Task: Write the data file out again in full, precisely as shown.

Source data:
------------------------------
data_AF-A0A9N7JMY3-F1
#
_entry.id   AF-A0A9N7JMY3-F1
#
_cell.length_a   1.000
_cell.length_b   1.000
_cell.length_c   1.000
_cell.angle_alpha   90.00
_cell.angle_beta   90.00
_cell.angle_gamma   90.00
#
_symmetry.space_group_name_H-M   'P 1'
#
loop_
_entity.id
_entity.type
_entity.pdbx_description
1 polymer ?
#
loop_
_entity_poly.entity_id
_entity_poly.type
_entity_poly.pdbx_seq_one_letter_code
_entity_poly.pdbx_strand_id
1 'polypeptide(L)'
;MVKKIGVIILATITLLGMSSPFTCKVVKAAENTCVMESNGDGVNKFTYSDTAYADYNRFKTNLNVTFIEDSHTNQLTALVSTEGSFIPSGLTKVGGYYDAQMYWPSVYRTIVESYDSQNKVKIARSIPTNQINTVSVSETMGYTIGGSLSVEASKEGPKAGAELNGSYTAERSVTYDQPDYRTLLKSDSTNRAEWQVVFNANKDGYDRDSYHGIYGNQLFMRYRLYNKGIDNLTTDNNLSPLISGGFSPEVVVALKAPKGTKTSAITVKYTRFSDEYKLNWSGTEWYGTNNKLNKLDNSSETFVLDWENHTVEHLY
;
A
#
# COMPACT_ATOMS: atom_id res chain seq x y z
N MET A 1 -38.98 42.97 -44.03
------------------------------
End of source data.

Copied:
data_AF-A0A9N7JMY3-F1
#
_entry.id   AF-A0A9N7JMY3-F1
#
_cell.length_a   1.000
_cell.length_b   1.000
_cell.length_c   1.000
_cell.angle_alpha   90.00
_cell.angle_beta   90.00
_cell.angle_gamma   90.00
#
_symmetry.space_group_name_H-M   'P 1'
#
loop_
_entity.id
_entity.type
_entity.pdbx_description
1 polymer ?
#
loop_
_entity_poly.entity_id
_entity_poly.type
_entity_poly.pdbx_seq_one_letter_code
_entity_poly.pdbx_strand_id
1 'polypeptide(L)'
;MVKKIGVIILATITLLGMSSPFTCKVVKAAENTCVMESNGDGVNKFTYSDTAYADYNRFKTNLNVTFIEDSHTNQLTALVSTEGSFIPSGLTKVGGYYDAQMYWPSVYRTIVESYDSQNKVKIARSIPTNQINTVSVSETMGYTIGGSLSVEASKEGPKAGAELNGSYTAERSVTYDQPDYRTLLKSDSTNRAEWQVVFNANKDGYDRDSYHGIYGNQLFMRYRLYNKGIDNLTTDNNLSPLISGGFSPEVVVALKAPKGTKTSAITVKYTRFSDEYKLNWSGTEWYGTNNKLNKLDNSSETFVLDWENHTVEHLY
;
A
#
# COMPACT_ATOMS: atom_id res chain seq x y z
N MET A 1 -38.98 42.97 -44.03